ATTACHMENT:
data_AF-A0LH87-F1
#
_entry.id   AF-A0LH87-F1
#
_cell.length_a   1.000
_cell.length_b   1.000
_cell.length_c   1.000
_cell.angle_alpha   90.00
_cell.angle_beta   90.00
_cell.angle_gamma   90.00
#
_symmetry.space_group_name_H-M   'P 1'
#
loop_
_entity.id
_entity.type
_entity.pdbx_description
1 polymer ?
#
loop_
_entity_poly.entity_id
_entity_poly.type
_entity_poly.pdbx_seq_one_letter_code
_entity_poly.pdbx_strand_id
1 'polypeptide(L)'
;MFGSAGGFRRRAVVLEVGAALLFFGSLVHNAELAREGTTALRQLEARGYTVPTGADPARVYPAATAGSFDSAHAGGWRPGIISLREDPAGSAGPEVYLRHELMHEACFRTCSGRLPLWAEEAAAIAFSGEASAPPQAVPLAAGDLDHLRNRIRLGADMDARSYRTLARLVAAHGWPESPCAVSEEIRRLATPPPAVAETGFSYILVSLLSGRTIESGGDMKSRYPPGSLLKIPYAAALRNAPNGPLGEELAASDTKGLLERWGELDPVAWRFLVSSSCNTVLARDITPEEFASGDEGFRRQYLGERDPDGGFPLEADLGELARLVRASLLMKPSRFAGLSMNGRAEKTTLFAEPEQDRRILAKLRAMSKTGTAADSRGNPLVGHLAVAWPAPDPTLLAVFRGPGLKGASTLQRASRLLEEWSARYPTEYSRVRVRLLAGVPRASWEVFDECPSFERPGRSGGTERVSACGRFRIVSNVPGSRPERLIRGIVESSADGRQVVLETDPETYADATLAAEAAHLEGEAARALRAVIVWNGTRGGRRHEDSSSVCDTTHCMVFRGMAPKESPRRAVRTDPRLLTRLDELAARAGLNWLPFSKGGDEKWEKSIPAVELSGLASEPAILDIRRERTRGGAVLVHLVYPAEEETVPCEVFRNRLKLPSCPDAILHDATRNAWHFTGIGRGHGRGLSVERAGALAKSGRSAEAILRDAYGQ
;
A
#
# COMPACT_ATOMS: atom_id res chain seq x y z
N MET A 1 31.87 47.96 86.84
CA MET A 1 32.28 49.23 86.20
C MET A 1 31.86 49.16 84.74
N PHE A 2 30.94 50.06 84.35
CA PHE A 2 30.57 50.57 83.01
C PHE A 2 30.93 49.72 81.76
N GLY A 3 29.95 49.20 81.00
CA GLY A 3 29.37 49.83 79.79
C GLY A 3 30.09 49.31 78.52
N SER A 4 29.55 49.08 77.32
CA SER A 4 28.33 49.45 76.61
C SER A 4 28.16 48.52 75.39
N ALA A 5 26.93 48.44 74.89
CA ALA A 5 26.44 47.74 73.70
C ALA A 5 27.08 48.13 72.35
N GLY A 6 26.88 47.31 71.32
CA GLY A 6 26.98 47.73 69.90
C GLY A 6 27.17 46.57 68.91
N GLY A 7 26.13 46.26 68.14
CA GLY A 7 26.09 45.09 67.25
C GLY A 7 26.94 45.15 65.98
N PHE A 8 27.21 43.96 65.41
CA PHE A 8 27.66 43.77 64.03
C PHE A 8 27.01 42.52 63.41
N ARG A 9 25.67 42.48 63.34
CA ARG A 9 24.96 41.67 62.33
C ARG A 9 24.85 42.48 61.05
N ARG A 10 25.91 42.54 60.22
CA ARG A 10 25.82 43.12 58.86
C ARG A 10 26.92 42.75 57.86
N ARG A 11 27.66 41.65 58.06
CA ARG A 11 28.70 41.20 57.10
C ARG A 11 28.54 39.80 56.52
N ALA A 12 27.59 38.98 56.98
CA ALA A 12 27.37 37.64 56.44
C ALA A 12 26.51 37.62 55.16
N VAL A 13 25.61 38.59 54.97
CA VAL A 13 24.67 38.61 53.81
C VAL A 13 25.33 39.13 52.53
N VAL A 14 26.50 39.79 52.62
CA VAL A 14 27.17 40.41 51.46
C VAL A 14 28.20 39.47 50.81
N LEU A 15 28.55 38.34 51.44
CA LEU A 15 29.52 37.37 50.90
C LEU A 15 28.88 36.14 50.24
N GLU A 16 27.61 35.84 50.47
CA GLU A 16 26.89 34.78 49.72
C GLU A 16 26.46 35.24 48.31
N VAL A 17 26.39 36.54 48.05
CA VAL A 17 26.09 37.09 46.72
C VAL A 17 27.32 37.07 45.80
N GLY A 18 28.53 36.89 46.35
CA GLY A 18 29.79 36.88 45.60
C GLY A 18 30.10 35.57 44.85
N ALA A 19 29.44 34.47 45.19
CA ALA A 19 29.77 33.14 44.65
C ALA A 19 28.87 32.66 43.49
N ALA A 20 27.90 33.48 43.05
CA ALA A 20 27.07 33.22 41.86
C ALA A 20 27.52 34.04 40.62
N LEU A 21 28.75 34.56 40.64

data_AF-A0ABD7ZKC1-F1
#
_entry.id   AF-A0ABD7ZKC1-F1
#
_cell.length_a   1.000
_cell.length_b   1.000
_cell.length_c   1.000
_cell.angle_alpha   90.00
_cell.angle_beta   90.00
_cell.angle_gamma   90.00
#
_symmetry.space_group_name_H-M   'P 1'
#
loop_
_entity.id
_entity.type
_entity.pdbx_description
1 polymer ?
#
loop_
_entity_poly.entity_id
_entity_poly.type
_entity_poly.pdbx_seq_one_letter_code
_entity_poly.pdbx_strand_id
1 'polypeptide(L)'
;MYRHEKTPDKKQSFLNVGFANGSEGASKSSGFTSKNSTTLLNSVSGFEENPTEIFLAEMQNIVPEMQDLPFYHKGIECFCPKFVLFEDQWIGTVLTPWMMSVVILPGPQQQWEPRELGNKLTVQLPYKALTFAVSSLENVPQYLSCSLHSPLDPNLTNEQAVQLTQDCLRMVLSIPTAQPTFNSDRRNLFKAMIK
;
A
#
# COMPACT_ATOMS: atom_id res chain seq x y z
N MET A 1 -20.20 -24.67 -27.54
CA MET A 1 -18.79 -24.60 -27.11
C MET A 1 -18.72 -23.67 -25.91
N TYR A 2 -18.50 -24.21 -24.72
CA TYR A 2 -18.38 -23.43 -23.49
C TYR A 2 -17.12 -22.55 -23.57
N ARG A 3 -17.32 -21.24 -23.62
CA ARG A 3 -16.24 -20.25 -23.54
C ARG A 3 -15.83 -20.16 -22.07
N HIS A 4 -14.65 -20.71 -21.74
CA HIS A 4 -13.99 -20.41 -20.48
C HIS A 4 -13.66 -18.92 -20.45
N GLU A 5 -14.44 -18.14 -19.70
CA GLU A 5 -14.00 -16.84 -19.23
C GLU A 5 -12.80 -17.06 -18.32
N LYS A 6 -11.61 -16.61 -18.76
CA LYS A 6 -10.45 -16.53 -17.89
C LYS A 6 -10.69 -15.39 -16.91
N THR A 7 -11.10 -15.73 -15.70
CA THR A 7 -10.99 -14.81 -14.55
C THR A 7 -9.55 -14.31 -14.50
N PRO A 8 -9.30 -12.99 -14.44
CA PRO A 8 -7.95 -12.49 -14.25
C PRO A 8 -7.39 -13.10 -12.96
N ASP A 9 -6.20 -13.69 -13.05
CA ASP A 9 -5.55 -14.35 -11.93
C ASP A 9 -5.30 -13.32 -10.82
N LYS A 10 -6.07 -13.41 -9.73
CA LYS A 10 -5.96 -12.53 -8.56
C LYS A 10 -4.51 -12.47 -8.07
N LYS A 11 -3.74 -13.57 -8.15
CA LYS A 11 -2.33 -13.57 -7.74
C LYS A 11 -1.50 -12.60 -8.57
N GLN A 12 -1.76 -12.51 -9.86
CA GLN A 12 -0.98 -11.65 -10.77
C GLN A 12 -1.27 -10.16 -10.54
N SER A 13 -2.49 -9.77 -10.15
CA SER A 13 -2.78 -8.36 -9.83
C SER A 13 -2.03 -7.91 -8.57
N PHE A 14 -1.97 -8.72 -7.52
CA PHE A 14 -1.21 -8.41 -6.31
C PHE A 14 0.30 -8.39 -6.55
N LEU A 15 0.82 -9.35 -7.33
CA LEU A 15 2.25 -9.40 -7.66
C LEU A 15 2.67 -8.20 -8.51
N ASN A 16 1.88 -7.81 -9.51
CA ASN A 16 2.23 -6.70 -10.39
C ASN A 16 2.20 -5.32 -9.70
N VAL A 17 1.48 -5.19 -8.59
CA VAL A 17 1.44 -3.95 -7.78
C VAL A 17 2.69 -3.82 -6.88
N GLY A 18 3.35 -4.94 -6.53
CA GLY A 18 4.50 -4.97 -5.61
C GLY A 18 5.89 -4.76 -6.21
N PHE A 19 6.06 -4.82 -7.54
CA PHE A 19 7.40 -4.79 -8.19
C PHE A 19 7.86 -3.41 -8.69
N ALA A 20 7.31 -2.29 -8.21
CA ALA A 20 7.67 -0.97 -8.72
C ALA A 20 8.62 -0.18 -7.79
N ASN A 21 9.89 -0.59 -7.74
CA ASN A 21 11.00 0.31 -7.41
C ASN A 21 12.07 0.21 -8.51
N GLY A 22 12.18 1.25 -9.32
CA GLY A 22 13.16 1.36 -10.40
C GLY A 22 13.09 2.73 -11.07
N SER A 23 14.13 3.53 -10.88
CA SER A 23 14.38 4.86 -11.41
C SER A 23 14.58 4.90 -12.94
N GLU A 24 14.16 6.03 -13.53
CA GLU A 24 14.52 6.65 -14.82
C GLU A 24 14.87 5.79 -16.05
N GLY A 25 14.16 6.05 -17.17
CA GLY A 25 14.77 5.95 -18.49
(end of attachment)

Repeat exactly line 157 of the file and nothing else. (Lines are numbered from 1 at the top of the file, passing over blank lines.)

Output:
C GLN A 12 -1.27 -10.16 -10.54